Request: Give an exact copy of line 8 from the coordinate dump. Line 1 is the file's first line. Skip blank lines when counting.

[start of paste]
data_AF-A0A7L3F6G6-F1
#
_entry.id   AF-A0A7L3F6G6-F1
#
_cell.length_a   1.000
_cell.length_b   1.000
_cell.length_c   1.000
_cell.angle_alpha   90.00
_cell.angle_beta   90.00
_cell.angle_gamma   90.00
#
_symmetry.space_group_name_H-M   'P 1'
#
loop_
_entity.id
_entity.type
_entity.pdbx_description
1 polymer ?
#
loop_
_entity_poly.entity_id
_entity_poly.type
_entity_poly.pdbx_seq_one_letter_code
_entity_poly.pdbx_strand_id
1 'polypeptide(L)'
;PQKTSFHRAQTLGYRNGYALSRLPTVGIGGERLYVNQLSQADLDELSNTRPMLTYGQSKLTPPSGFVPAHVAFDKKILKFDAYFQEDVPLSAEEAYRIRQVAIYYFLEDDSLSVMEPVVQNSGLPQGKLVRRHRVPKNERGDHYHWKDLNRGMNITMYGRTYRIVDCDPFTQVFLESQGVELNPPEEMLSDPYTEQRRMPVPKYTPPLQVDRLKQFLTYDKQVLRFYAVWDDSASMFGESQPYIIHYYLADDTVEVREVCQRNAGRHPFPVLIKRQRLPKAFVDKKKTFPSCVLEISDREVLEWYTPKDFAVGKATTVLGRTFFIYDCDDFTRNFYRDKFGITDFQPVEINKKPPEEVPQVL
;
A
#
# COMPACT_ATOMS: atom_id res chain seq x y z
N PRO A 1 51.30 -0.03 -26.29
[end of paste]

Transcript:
_cell.angle_alpha   90.00